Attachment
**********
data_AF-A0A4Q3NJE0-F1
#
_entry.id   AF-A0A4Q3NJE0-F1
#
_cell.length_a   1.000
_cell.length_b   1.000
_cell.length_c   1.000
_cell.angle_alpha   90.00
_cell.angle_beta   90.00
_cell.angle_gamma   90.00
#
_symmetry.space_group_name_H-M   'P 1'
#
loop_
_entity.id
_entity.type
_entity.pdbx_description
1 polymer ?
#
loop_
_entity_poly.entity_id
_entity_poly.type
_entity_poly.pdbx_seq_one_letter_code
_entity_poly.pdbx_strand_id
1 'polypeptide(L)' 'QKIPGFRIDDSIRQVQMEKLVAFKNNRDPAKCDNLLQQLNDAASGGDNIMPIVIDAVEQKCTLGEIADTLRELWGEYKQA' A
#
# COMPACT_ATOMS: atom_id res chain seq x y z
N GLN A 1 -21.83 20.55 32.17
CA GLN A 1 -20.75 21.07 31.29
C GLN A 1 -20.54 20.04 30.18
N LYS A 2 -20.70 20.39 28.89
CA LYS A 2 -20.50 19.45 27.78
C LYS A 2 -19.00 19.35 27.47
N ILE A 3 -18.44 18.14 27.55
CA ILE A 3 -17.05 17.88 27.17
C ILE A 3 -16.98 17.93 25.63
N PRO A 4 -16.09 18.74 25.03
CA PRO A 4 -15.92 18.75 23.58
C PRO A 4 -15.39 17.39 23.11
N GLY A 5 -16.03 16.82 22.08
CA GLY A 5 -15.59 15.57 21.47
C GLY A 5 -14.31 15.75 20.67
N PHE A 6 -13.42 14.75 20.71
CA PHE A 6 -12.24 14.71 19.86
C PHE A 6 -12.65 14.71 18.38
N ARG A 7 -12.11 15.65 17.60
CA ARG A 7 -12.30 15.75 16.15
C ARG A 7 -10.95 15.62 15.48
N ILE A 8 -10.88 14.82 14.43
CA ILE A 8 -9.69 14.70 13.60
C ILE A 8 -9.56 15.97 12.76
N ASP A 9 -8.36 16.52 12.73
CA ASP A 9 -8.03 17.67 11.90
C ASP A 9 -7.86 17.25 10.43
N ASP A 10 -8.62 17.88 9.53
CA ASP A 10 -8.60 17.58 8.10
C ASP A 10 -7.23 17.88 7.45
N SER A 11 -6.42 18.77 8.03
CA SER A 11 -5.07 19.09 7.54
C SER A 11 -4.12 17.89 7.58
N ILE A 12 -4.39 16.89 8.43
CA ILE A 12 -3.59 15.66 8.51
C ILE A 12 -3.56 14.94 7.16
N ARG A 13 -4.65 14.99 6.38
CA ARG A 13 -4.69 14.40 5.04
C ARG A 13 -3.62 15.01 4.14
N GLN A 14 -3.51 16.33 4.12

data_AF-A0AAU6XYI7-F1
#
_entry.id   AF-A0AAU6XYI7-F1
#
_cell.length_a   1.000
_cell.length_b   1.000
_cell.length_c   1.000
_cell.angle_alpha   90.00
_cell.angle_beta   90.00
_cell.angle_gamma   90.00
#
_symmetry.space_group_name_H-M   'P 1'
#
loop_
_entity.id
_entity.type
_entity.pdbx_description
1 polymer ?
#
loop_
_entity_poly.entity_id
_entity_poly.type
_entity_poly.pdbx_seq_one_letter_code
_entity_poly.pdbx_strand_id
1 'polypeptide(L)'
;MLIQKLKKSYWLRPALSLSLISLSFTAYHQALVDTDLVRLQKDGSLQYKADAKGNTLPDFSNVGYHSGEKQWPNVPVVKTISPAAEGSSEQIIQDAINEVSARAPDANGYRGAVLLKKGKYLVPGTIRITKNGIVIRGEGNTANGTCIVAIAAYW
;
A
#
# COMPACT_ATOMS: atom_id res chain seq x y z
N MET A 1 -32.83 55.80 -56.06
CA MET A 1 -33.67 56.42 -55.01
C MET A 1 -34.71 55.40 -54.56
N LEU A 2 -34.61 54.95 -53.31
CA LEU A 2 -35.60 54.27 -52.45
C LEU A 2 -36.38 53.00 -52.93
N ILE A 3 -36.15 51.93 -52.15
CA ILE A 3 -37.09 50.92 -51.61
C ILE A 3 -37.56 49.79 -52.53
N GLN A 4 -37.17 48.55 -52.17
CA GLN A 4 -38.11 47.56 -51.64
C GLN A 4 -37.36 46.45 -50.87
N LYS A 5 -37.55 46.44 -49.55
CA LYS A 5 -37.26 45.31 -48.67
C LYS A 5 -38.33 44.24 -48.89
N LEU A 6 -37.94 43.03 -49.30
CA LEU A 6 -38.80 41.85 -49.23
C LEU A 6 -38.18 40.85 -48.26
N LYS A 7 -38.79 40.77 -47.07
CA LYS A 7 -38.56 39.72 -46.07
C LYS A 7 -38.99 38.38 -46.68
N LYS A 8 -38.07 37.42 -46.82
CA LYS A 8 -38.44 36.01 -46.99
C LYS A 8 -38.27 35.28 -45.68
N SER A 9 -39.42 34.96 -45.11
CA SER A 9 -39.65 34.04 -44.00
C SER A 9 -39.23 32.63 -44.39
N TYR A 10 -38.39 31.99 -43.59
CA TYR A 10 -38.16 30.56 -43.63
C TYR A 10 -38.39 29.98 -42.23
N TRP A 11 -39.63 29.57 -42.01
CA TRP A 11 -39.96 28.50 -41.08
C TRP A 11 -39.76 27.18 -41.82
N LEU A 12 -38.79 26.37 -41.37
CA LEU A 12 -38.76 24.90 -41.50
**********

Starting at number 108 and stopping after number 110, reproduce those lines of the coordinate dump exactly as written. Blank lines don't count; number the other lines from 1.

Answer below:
CA GLN A 4 -38.11 47.56 -51.64
C GLN A 4 -37.36 46.45 -50.87
N LYS A 5 -37.55 46.44 -49.55